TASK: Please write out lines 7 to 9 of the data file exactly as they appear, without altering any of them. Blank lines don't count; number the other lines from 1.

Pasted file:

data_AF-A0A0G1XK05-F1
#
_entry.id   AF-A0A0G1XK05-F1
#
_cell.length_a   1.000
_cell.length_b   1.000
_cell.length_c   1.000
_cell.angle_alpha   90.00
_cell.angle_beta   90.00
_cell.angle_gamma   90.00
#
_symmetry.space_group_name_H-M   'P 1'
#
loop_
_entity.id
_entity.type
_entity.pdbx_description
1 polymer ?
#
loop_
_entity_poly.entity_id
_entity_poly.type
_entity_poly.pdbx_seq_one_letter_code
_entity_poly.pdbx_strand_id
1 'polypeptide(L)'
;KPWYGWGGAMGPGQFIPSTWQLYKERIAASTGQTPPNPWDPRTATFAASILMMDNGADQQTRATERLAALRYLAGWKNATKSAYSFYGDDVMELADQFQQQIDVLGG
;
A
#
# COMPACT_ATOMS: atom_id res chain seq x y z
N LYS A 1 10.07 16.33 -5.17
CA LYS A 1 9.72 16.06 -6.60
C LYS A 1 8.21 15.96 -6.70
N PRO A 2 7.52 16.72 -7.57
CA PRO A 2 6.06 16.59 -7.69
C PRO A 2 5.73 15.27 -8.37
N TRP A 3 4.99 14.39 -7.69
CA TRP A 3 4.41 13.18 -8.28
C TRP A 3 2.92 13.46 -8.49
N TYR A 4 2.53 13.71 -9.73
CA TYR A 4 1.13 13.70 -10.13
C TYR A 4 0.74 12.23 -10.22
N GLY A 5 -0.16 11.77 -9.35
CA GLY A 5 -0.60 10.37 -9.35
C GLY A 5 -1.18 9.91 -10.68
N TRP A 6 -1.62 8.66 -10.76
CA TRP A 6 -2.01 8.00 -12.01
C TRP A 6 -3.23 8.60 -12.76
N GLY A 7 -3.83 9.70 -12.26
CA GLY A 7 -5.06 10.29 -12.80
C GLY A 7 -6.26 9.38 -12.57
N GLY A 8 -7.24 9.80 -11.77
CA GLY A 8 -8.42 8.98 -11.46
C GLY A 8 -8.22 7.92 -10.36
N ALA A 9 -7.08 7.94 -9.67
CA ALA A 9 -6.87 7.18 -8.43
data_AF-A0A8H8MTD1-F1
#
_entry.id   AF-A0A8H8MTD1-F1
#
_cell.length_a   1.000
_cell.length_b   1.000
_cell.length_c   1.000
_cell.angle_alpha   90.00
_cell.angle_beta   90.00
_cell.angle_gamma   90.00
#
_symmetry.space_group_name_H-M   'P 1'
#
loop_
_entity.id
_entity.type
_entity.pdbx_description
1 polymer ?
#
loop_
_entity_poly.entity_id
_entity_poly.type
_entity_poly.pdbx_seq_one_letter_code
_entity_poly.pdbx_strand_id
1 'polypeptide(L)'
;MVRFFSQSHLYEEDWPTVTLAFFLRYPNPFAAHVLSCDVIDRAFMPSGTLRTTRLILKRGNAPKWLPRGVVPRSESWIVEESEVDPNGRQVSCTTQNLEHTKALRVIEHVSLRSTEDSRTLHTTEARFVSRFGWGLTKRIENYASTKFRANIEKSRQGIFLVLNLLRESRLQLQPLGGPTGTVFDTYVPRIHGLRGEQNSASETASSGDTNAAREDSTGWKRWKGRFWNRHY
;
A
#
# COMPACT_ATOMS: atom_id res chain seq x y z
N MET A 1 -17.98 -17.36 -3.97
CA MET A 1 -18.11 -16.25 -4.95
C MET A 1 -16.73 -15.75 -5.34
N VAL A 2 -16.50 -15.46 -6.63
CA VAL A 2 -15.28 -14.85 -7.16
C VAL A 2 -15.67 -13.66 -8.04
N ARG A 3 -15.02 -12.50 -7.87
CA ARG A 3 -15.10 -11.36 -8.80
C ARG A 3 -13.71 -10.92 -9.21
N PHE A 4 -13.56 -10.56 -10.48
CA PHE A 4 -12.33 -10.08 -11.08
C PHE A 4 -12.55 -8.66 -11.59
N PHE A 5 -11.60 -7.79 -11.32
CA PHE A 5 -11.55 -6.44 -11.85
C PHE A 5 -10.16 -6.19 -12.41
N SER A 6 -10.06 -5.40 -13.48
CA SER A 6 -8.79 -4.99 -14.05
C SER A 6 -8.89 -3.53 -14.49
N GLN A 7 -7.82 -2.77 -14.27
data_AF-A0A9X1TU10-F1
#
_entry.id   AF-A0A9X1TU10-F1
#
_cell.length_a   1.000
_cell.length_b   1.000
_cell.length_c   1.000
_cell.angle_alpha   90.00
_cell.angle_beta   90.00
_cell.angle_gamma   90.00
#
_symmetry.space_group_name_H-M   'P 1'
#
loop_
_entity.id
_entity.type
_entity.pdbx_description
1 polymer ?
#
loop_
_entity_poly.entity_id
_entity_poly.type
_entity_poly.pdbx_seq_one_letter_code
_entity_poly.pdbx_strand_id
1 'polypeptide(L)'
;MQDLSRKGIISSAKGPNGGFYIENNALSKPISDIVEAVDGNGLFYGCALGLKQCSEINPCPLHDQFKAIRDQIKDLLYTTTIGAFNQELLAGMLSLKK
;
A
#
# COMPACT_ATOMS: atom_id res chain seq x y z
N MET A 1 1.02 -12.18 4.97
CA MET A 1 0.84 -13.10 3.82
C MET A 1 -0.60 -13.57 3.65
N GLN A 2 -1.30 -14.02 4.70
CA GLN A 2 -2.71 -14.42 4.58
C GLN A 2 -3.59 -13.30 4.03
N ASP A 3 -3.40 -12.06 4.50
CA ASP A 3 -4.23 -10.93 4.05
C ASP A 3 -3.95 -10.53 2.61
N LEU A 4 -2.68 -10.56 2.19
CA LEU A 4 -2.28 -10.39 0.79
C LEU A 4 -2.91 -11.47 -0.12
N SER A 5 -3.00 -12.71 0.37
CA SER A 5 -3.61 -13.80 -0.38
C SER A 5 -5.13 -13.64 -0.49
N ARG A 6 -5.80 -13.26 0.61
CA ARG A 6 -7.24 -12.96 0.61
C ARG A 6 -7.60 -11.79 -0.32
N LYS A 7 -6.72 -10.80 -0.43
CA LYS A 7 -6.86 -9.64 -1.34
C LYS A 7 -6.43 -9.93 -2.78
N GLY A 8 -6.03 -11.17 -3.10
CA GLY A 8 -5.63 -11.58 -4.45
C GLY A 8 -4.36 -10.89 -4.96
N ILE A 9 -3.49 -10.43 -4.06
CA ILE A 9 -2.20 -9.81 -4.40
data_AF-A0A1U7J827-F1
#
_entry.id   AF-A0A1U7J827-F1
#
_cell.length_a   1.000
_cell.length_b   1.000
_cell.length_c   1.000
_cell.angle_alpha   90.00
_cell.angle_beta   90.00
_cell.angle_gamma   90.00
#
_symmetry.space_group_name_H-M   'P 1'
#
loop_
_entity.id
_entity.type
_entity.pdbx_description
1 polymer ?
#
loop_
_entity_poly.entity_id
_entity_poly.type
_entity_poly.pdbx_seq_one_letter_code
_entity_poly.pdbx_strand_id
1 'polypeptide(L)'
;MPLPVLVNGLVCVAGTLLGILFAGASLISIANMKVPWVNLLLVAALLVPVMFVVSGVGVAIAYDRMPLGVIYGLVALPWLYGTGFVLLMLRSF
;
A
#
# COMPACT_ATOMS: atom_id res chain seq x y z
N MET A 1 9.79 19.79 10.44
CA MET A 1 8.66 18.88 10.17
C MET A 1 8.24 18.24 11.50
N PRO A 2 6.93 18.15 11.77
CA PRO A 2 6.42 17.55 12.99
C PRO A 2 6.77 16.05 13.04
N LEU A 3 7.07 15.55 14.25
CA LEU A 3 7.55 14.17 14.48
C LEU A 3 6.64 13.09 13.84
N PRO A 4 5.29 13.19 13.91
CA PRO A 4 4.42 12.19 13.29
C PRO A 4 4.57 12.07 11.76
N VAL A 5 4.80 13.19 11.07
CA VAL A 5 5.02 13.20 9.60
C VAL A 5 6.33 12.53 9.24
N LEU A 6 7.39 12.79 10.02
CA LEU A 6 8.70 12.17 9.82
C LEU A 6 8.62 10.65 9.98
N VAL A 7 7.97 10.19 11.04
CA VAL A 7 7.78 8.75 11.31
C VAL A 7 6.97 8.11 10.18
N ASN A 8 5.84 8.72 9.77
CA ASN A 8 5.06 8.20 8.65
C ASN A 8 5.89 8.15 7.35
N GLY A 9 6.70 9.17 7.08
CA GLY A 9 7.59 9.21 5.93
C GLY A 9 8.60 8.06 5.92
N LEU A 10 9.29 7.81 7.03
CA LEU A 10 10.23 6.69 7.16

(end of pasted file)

_cell.length_c   1.000
_cell.angle_alpha   90.00
_cell.angle_beta   90.00